The late James Bernard likewise contributes to this enormously as well, giving the picture its notably tense score, one dominated by unrelenting, piercing violins. It also complements Guest's savvy direction, which wisely opts for a stark, documentary look most of the time. This, in turn, gives the film its air of verisimilitude while going a long way to hide its paltry budget.
Video & Audio
DD Video offers a solidly good transfer of The Quatermass Xperiment, which retains the Xperiment title card (which had been altered for reissue and television versions) and is uncut. (Some retailers, though, still sell it under the Experiment title.) The presentation is in standard 1.33:1 format, billed on the DVD's jacket as the "original screen ratio." Considering the film began shooting in October 1954, it seems likely that the picture was released with 1.66:1 cropping in mind. On the other hand, compositions on this presentation are generally tight, which suggests the film might have been hard-matted or, perhaps, that the 1.33:1 format might very well be correct. This reviewer would welcome a definitive answer or additional information regarding this. The mono sound is crisp and clear, representative of the period, and there are no subtitles.
DD Video has done an excellent job here, giving The Quatermass Xperiment a nicely packaged set of extras that equal or even surpasses what Hammer fans have come to expect from companies like Anchor Bay. By far the best of these is a superbly designed, full-color booklet. It features 24 pages of well-researched "viewing notes" by scholars Marcus Hearn and Jonathan Rigby, which go into considerable detail on the changes that were made adapting the TV serial to the big screen. Their essay is accompanied by a series of very clear, never-before-seen (at least not by this reviewer) publicity stills and advertising material, along with a complete cast and crew list and even a bibliography.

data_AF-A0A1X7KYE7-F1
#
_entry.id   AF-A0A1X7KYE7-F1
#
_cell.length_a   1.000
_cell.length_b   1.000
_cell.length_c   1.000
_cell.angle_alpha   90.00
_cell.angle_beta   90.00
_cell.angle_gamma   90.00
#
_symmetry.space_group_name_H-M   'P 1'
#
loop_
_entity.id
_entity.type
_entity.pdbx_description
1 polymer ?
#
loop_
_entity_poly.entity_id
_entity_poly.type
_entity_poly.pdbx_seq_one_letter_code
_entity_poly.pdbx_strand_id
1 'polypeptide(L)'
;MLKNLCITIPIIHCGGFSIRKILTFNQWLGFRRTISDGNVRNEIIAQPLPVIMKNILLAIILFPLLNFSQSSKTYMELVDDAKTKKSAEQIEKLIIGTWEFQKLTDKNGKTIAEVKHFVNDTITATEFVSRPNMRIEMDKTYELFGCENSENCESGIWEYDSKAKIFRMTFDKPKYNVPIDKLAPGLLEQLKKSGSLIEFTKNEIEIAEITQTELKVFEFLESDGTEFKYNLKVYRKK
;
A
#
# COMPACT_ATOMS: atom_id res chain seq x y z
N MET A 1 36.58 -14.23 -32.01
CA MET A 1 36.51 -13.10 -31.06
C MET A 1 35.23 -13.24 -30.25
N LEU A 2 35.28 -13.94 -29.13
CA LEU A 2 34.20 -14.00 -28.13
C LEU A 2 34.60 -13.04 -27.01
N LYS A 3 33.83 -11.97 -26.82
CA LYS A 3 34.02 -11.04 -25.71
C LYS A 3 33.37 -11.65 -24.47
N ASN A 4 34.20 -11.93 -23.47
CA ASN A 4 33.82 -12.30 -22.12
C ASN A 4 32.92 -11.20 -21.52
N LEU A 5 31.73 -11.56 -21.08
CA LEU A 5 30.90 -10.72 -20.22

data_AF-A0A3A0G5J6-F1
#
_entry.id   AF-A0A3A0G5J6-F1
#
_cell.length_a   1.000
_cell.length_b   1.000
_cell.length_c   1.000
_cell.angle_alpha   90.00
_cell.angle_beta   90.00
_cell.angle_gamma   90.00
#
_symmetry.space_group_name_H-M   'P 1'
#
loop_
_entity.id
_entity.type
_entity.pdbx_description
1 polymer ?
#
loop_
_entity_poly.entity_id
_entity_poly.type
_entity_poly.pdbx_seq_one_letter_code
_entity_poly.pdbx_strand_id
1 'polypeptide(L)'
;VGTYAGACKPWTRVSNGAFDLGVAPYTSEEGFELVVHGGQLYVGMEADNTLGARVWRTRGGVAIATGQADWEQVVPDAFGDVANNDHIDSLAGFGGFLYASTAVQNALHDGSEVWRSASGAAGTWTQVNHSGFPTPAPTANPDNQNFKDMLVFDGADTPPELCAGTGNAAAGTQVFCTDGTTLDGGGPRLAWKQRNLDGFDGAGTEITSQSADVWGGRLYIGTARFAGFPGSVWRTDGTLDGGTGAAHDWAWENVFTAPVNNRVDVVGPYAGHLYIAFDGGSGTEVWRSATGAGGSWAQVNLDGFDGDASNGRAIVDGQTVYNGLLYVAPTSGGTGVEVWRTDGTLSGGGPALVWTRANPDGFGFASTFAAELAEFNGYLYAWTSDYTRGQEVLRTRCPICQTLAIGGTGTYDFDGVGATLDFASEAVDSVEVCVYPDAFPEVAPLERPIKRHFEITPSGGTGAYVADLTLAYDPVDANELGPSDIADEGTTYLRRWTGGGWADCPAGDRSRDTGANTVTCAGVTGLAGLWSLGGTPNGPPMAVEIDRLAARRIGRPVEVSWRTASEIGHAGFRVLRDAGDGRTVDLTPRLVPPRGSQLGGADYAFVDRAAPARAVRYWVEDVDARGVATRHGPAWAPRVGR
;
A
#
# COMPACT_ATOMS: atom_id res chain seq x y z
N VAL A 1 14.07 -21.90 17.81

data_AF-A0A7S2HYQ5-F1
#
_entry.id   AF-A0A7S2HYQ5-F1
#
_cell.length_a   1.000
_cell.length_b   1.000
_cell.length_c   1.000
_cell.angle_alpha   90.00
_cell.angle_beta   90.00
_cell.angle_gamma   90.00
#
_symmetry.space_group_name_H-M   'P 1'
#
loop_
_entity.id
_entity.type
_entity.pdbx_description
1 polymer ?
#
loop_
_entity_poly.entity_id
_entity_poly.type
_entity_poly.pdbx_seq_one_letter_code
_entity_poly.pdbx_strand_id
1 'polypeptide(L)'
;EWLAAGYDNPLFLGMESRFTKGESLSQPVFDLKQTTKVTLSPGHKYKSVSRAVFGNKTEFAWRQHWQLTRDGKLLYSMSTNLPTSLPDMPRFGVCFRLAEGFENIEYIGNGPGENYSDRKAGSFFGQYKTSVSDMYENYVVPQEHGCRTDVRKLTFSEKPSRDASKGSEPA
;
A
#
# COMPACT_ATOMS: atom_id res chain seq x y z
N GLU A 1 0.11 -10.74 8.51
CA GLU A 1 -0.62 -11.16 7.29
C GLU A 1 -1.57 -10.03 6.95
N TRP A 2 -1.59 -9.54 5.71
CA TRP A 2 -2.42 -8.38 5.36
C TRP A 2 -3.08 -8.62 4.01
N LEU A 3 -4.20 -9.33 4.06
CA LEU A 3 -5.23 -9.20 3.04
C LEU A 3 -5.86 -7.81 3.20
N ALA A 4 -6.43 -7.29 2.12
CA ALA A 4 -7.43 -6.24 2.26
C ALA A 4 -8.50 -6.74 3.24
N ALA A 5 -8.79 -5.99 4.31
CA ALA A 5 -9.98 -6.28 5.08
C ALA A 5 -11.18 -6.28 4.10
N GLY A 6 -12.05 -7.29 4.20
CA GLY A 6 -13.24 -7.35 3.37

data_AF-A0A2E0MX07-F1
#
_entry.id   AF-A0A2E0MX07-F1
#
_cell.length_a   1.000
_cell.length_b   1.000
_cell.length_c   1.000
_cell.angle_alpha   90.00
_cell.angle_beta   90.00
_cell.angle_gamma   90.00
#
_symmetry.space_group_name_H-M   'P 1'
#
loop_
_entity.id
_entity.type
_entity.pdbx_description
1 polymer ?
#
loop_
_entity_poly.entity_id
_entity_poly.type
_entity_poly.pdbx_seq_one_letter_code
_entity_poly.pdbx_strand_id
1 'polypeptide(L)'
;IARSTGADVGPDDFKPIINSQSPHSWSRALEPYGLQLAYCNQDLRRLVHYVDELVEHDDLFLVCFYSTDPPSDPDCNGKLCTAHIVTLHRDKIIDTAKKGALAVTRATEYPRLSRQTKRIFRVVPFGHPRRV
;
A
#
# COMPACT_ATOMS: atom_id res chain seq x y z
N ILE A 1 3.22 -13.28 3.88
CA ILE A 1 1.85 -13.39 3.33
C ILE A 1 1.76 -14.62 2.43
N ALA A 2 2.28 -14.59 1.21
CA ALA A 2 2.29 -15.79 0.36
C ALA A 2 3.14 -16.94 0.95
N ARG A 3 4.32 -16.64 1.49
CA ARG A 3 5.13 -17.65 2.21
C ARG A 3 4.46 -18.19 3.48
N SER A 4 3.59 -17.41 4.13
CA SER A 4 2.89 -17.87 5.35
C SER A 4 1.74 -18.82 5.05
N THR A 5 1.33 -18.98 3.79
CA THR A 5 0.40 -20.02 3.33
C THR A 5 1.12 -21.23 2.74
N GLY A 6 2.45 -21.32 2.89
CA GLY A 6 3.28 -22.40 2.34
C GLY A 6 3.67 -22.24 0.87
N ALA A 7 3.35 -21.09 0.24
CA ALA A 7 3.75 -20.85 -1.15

Next is a screen-specific audio commentary track with director Val Guest (still going strong into his 90s!) and Marcus Hearn, who also appear in an eight–minute on-camera interview. The commentary/interview goes into quite a bit of detail, and is on par with similar commentary tracks for Anchor Bay's Hammer titles. Finally, there is a 4:3 matted U.K. trailer for the feature version of Quatermass and the Pit.
The Quatermass Xperiment is several cinematic landmarks at once. It's a watershed science fiction drama that also helped establish Hammer as a major exporter of fantastic cinema. And, best of all, it introduced to the world the thrillingly smart storytelling of Nigel Kneale and what is perhaps his greatest character.
Stuart Galbraith IV is a Los Angeles and Kyoto-based film historian whose work includes Monsters Are Attacking Tokyo! The Incredible World of Japanese Fantasy Films. He is presently writing a new book on Japanese cinema for Taschen.